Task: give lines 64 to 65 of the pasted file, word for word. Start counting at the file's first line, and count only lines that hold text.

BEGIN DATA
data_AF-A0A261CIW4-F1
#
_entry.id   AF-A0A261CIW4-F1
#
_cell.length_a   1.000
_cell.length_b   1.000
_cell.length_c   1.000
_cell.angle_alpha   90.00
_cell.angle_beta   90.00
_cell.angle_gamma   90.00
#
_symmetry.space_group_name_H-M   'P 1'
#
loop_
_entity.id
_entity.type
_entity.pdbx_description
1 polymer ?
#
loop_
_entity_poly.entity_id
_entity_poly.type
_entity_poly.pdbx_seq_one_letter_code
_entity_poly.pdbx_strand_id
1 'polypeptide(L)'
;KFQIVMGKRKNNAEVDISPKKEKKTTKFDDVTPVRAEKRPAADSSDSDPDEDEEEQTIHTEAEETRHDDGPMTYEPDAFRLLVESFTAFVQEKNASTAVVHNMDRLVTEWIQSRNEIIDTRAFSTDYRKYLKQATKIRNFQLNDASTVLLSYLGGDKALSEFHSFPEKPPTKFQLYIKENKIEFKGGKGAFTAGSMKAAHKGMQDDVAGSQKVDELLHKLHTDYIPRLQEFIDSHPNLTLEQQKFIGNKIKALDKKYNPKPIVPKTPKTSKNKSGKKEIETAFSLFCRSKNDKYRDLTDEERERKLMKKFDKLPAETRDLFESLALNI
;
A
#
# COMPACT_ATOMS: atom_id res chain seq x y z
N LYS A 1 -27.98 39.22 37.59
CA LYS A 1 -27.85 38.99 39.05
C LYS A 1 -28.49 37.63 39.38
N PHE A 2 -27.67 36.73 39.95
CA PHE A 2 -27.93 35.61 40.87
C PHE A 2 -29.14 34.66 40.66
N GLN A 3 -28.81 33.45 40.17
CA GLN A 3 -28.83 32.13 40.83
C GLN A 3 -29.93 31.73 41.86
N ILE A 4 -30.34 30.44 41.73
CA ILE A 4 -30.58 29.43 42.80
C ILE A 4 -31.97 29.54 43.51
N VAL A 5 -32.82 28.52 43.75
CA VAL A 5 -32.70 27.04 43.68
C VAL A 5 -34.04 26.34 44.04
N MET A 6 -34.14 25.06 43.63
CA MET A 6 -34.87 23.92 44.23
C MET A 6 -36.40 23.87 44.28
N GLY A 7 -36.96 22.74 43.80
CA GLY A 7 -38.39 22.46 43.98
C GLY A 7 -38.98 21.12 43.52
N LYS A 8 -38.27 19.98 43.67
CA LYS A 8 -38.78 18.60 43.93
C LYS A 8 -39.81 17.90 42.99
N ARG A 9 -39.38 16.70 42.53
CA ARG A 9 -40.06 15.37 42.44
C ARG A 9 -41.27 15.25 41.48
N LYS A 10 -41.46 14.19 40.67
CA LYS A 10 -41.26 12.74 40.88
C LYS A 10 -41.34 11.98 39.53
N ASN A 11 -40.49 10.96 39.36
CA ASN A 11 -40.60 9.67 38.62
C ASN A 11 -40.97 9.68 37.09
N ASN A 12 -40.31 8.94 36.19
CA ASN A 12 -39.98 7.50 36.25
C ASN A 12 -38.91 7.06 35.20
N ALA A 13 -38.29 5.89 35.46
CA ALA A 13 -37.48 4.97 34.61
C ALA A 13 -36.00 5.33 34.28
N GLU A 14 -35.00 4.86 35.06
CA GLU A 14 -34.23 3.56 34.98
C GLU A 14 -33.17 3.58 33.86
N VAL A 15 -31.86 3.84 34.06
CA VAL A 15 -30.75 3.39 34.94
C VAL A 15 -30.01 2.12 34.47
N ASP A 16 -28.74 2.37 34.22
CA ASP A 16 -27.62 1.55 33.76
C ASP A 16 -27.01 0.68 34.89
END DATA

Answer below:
N ASN A 12 -40.31 8.94 36.19
CA ASN A 12 -39.98 7.50 36.25